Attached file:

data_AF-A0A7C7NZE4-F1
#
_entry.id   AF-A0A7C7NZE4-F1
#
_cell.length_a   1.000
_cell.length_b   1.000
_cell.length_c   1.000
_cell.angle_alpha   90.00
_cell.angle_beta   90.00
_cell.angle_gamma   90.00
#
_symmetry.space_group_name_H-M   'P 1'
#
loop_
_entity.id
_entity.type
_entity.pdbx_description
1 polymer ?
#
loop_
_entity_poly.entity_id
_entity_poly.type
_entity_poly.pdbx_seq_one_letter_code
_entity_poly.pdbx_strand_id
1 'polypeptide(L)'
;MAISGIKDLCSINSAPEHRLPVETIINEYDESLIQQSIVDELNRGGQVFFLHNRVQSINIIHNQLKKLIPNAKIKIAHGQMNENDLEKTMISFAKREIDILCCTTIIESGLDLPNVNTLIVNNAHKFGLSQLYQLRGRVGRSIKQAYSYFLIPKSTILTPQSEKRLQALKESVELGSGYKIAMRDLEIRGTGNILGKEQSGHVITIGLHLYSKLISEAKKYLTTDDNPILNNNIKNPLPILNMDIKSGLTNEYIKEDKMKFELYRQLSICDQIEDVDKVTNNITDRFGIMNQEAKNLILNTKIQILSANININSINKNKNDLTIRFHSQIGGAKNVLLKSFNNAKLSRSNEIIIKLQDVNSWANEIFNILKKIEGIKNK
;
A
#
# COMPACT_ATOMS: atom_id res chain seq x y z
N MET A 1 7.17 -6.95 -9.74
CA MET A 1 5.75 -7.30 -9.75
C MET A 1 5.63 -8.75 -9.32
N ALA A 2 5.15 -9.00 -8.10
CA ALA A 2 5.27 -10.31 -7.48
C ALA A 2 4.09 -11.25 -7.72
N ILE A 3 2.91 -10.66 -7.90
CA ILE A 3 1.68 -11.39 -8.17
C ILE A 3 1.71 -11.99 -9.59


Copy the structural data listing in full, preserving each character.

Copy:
data_AF-A0A7C7NZE4-F1
#
_entry.id   AF-A0A7C7NZE4-F1
#
_cell.length_a   1.000
_cell.length_b   1.000
_cell.length_c   1.000
_cell.angle_alpha   90.00
_cell.angle_beta   90.00
_cell.angle_gamma   90.00
#
_symmetry.space_group_name_H-M   'P 1'
#
loop_
_entity.id
_entity.type
_entity.pdbx_description
1 polymer ?
#
loop_
_entity_poly.entity_id
_entity_poly.type
_entity_poly.pdbx_seq_one_letter_code
_entity_poly.pdbx_strand_id
1 'polypeptide(L)'
;MAISGIKDLCSINSAPEHRLPVETIINEYDESLIQQSIVDELNRGGQVFFLHNRVQSINIIHNQLKKLIPNAKIKIAHGQMNENDLEKTMISFAKREIDILCCTTIIESGLDLPNVNTLIVNNAHKFGLSQLYQLRGRVGRSIKQAYSYFLIPKSTILTPQSEKRLQALKESVELGSGYKIAMRDLEIRGTGNILGKEQSGHVITIGLHLYSKLISEAKKYLTTDDNPILNNNIKNPLPILNMDIKSGLTNEYIKEDKMKFELYRQLSICDQIEDVDKVTNNITDRFGIMNQEAKNLILNTKIQILSANININSINKNKNDLTIRFHSQIGGAKNVLLKSFNNAKLSRSNEIIIKLQDVNSWANEIFNILKKIEGIKNK
;
A
#
# COMPACT_ATOMS: atom_id res chain seq x y z
N MET A 1 7.17 -6.95 -9.74
CA MET A 1 5.75 -7.30 -9.75
C MET A 1 5.63 -8.75 -9.32
N ALA A 2 5.15 -9.00 -8.10
CA ALA A 2 5.27 -10.31 -7.48
C ALA A 2 4.09 -11.25 -7.72
N ILE A 3 2.91 -10.66 -7.90
CA ILE A 3 1.68 -11.39 -8.17
C ILE A 3 1.71 -11.99 -9.59